Is a 1972 Datsun 240Z - in good condition - a safe car to drive? Does the absence of airbags, power-steering, anti-lock brakes, etc., make any car of this era NOT roadworthy?
The single most important factor in the safety of a car sits behind the wheel.
As machines, cars are not “safe” or “unsafe” as if there are 2 categories. They are more or less safe relative to each other. By today’s “safety feature” standards a '72 240Z is relatively unsafe. But see my first point. I would not hesitate to drive it. I would not put my teenager in it.
These are great cars, and certainly road worthy as long as you don’t have worn steering and/or suspension parts. In a crash the car won’t have nearly the passenger protective systems in modern cars.
Wear your seat and lap belt when you drive and have fun. If you plan on a very aggressive driving outing, perhaps a track day or vintage car road rally, you can add a lot of protection by wearing a good helmet.
Are the brakes and front suspension in good shape? Is there much rust (an issue with 240Zs)? If the car’s in good shape, it’s roadworthy. Assuming it has lap+shoulder belts, and you use them, it meets the basic requirements. However, it will lack airbags, and it will have much less body strength than, say, a new 370Z, so you will be more likely to be injured in a wreck. Up to you.
I would drive it. I wouldn’t give it to my 16 year old nephew though.
It’s terribly unsafe. I’d better just take it off your hands, as a public service.
As the others have said, this car is safe–as long as the driver operates it in a sane, safe manner.
However, I STRONGLY suggest that you have the brake fluid flushed.
That old brake fluid is now largely water, due to absorbtion of moisture from the air over the period of…however many years it has been since that procedure was last done. Brake fluid on all cars should be changed every 3 yrs/30k miles if you want to have properly functioning brakes.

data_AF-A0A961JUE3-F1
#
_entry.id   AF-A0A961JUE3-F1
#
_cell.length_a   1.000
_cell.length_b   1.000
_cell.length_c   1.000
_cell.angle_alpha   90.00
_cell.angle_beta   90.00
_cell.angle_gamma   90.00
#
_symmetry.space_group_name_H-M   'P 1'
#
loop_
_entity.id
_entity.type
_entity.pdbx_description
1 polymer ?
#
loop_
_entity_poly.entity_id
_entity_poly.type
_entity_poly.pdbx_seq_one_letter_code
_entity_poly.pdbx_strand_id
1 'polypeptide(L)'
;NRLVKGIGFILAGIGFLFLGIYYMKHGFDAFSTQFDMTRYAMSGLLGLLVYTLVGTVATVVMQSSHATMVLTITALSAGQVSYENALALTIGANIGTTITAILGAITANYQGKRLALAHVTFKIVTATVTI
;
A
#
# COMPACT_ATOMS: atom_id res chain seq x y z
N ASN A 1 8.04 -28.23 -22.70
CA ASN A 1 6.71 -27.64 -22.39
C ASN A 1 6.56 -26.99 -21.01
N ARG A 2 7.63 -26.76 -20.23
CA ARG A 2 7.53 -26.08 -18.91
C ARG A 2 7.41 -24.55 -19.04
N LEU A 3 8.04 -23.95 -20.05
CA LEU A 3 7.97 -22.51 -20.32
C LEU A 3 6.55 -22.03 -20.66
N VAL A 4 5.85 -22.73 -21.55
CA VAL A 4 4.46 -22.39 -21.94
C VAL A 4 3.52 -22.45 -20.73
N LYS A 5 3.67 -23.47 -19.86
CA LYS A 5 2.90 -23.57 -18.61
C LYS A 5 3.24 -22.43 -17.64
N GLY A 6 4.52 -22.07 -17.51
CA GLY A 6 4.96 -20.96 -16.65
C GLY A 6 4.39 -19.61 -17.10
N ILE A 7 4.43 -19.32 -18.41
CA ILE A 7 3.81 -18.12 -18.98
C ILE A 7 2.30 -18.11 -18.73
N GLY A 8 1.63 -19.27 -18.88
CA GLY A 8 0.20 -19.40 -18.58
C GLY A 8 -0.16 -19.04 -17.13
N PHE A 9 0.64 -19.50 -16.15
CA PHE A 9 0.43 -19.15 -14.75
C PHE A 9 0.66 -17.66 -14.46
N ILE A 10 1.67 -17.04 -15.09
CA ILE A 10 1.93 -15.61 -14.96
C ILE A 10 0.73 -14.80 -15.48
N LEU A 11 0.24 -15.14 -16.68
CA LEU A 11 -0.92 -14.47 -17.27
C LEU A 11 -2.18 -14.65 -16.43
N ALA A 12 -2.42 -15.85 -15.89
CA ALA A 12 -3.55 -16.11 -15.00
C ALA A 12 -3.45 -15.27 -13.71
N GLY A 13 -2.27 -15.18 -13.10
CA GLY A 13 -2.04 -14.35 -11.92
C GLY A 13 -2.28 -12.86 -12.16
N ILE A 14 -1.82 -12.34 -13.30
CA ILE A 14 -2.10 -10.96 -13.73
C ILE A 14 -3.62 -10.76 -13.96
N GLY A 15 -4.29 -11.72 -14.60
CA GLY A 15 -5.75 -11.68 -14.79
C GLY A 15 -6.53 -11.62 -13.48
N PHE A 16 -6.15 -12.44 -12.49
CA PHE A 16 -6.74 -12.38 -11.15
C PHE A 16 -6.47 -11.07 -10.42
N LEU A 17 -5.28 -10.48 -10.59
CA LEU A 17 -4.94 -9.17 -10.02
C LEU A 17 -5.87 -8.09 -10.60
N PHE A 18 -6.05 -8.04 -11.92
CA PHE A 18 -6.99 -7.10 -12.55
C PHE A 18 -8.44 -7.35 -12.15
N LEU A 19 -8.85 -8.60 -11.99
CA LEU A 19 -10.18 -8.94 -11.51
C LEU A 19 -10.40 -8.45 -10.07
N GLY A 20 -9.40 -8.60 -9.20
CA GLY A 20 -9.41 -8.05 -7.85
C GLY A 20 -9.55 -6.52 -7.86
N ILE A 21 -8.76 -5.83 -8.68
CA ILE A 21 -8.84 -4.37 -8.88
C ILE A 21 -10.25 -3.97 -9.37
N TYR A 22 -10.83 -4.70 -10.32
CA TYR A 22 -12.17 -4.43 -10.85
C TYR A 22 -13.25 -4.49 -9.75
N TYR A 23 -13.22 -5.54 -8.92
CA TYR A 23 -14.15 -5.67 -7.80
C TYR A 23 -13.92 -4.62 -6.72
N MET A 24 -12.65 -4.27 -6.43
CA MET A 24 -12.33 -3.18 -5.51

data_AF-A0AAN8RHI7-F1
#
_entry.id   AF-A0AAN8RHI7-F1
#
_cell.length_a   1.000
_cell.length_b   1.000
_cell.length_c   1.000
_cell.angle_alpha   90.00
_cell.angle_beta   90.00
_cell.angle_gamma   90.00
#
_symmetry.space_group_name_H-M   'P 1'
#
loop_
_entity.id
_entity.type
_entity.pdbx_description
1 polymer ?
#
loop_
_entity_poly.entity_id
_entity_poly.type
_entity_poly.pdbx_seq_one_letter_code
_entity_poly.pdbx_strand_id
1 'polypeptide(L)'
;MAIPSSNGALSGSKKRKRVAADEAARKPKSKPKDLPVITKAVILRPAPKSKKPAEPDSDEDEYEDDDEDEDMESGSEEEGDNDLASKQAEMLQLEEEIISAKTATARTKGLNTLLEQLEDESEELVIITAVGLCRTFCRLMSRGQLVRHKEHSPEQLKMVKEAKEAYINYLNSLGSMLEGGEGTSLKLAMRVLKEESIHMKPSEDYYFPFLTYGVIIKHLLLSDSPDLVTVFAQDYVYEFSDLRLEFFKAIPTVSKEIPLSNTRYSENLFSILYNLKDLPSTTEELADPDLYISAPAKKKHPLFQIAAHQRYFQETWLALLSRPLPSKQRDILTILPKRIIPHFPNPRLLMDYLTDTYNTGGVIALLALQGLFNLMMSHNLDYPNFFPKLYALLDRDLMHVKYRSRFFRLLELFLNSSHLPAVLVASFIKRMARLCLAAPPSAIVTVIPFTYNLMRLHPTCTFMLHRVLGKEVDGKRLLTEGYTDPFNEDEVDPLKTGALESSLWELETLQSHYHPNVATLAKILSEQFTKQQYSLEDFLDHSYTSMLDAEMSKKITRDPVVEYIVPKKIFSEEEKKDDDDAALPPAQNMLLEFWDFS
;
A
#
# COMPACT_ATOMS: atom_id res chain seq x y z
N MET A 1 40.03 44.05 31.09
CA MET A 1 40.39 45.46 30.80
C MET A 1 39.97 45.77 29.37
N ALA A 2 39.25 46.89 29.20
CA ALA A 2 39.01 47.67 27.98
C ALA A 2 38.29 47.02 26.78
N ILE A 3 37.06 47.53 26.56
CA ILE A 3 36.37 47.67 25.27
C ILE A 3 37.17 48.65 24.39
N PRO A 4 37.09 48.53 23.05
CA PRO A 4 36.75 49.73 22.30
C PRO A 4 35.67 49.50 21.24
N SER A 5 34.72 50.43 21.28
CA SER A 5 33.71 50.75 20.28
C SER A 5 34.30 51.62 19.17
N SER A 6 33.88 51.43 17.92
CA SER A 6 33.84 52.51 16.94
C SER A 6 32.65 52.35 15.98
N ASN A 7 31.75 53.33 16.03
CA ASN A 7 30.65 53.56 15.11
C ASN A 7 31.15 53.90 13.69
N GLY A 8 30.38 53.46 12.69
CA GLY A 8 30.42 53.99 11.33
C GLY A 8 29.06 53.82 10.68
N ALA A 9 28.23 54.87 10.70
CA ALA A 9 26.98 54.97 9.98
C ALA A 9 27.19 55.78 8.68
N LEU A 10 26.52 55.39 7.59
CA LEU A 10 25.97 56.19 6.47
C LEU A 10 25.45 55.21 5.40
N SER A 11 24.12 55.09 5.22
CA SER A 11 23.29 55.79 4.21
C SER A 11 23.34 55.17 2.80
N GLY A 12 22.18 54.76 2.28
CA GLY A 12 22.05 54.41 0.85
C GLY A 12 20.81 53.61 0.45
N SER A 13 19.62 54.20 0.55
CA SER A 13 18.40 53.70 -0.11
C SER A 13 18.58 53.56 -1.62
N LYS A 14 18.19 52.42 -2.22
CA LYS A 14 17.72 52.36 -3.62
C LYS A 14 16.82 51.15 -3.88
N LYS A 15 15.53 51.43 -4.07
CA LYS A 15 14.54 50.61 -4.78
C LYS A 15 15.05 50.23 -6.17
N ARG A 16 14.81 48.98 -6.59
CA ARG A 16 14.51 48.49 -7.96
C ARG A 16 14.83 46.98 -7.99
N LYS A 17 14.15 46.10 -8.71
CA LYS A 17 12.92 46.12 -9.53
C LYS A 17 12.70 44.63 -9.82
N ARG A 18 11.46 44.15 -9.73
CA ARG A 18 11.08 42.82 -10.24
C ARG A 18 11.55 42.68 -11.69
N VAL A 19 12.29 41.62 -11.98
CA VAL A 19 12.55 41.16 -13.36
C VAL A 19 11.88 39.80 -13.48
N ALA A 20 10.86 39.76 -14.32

Hey, it has the best safety technology available in 1972. What more do you want? Your car is WAY more safe than my '71 VW Bus was. At least your feet aren’t 3 inches behind the front bumper.
I wouldn’t hesitate to drive a 1972 automobile, or even a 1952 automobile. I’d be careful where and how I drove it, but I’d drive it, and I wouldn’t worry about the safety aspect of it.
How did all of us old timers ever manage to survive without all these modern safety “features?”
We even used to have to use maps (!) to figure out where we were going. Cars had metal dashboards and no seat belts, much less air bags. No power steering, no power brakes, no radial tires, etc, etc, etc.
A '72 Z-car is a veritable safety cocoon by comparison.
Excellent post. I agree entirely.
And your '71 bus was safer than my '61 Beetle.
And my '61 Beetle was safer than my frends Isetta (year unknown). Isettas were at the bottom of the heap as far as safety goes.
I still prefer maps.
Sure. Just drive it on clear, warm days. A 1972 car is a hobby car anyway. Why would you take it out in bad weather when the lack of safety features would be most needed?
It should be fine as long as you don’t hit anything. Then the differences will be more apparent. But heck, it’s now safer then the best motorcycle you can buy in an accident.
One thing’s for sure too, there have been no recalls on sudden acceleration.